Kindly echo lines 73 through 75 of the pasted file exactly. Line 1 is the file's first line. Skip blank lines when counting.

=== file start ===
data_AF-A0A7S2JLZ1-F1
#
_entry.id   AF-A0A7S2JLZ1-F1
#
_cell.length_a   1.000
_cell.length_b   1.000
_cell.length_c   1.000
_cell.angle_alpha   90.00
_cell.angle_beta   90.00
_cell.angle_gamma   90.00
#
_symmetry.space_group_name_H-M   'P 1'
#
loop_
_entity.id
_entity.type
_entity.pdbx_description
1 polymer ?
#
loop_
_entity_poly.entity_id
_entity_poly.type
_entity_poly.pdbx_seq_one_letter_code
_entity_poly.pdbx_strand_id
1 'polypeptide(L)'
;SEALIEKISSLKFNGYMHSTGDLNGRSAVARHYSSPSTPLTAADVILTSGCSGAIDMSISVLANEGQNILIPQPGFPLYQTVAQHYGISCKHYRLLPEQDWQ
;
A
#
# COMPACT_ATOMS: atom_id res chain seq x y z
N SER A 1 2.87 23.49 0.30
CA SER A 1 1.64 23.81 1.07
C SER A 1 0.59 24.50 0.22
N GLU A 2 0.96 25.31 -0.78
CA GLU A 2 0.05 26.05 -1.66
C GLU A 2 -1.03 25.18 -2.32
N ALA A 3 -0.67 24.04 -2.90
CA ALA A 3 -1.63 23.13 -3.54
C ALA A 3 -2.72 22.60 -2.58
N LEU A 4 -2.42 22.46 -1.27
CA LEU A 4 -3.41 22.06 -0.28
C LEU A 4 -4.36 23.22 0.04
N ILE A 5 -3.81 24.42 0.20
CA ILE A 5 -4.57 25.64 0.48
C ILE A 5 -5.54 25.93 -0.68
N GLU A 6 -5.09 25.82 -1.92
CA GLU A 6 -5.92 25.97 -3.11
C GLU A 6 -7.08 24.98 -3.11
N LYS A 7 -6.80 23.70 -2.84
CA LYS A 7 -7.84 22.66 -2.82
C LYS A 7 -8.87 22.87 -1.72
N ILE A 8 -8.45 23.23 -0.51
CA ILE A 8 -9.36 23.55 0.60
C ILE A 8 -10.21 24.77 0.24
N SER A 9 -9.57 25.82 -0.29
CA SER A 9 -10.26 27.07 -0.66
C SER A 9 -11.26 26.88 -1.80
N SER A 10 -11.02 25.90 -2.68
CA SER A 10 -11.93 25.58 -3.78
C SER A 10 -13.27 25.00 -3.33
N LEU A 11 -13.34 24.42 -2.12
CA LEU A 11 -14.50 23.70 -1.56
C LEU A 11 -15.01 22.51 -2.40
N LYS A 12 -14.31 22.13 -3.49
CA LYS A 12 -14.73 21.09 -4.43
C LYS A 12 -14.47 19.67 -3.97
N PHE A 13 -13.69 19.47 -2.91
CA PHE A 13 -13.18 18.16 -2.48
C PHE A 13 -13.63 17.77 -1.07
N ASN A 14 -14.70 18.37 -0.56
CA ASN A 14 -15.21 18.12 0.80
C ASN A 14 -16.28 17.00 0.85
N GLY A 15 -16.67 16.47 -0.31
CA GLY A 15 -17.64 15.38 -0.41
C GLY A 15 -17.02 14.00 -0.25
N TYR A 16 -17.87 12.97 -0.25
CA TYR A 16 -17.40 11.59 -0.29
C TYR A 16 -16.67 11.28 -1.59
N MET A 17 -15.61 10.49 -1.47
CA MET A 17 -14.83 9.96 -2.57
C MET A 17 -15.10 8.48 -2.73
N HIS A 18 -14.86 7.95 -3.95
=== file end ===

N GLY A 15 -16.67 16.47 -0.31
CA GLY A 15 -17.64 15.38 -0.41
C GLY A 15 -17.02 14.00 -0.25